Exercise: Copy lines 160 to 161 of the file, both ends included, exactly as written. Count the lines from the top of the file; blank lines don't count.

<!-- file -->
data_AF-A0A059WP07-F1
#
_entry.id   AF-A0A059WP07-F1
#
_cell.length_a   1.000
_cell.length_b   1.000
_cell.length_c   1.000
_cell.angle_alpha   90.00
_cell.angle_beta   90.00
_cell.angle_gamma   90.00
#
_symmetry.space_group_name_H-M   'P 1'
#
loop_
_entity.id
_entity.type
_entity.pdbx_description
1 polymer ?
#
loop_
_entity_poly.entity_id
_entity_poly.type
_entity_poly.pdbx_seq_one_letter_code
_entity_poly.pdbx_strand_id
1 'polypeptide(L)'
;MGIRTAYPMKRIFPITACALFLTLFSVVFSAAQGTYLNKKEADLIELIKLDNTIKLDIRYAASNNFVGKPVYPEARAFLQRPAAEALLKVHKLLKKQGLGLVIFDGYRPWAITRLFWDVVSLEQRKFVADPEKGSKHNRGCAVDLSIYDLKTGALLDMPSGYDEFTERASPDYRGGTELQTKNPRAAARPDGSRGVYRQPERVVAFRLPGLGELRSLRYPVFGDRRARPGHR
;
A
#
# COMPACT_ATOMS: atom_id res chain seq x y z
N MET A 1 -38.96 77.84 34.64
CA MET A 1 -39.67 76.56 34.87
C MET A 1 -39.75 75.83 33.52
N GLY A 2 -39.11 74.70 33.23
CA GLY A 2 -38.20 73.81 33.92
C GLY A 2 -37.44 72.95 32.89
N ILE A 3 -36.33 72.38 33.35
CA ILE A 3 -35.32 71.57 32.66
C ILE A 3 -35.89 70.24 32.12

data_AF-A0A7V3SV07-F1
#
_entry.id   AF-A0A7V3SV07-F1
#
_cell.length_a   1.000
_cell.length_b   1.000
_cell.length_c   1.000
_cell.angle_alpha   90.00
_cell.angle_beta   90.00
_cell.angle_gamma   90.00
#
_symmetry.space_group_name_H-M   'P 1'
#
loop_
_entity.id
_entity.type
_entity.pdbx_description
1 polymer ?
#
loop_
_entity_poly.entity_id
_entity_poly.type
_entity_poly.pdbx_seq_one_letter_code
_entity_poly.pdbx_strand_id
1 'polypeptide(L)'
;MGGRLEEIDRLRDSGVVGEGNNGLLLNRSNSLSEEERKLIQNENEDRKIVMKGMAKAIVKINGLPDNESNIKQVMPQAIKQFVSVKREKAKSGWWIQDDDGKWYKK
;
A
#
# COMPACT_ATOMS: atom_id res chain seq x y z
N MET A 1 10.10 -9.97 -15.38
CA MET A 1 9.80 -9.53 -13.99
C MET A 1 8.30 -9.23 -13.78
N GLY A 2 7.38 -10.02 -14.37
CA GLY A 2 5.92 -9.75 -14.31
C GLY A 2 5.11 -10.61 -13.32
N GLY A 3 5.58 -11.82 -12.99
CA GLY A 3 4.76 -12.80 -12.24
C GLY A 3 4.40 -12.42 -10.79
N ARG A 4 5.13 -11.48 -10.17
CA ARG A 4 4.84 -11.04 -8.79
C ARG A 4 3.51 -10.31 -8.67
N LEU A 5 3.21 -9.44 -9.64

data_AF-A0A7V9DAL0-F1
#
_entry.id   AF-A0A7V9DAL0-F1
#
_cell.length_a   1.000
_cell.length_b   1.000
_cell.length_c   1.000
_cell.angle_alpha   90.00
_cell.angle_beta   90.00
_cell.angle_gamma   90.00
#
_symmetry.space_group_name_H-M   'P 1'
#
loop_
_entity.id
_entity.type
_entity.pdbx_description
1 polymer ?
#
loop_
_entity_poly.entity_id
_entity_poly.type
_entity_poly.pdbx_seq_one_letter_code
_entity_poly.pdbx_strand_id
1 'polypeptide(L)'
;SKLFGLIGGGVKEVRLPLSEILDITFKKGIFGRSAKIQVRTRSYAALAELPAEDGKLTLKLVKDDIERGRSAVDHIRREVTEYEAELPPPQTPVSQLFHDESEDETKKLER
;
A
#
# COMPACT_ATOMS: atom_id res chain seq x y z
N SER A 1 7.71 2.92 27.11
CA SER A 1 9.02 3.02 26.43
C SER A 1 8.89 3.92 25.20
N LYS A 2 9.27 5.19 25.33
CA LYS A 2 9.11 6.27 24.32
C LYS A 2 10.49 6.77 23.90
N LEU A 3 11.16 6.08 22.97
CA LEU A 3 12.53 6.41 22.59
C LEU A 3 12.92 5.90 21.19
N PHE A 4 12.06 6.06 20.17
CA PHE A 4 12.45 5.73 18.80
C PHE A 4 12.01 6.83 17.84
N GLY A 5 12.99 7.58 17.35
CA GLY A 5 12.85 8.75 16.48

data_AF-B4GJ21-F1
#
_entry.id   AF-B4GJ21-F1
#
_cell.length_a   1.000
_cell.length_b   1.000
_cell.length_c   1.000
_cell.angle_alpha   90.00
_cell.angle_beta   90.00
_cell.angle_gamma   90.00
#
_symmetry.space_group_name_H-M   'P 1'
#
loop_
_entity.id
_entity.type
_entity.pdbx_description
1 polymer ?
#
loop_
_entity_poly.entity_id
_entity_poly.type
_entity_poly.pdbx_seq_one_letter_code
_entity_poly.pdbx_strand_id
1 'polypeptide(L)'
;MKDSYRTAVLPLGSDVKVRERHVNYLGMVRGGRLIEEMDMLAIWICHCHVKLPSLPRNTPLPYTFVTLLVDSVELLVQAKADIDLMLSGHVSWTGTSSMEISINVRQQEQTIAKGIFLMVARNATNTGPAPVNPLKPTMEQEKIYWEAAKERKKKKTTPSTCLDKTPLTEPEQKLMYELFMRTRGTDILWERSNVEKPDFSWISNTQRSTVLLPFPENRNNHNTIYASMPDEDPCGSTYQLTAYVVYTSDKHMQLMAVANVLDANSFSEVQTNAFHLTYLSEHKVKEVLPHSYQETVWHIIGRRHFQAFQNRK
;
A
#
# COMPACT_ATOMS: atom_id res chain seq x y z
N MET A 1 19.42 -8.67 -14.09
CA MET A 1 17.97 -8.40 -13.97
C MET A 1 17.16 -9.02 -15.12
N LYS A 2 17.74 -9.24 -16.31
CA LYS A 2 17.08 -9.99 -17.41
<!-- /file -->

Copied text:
N LYS A 2 17.74 -9.24 -16.31
CA LYS A 2 17.08 -9.99 -17.41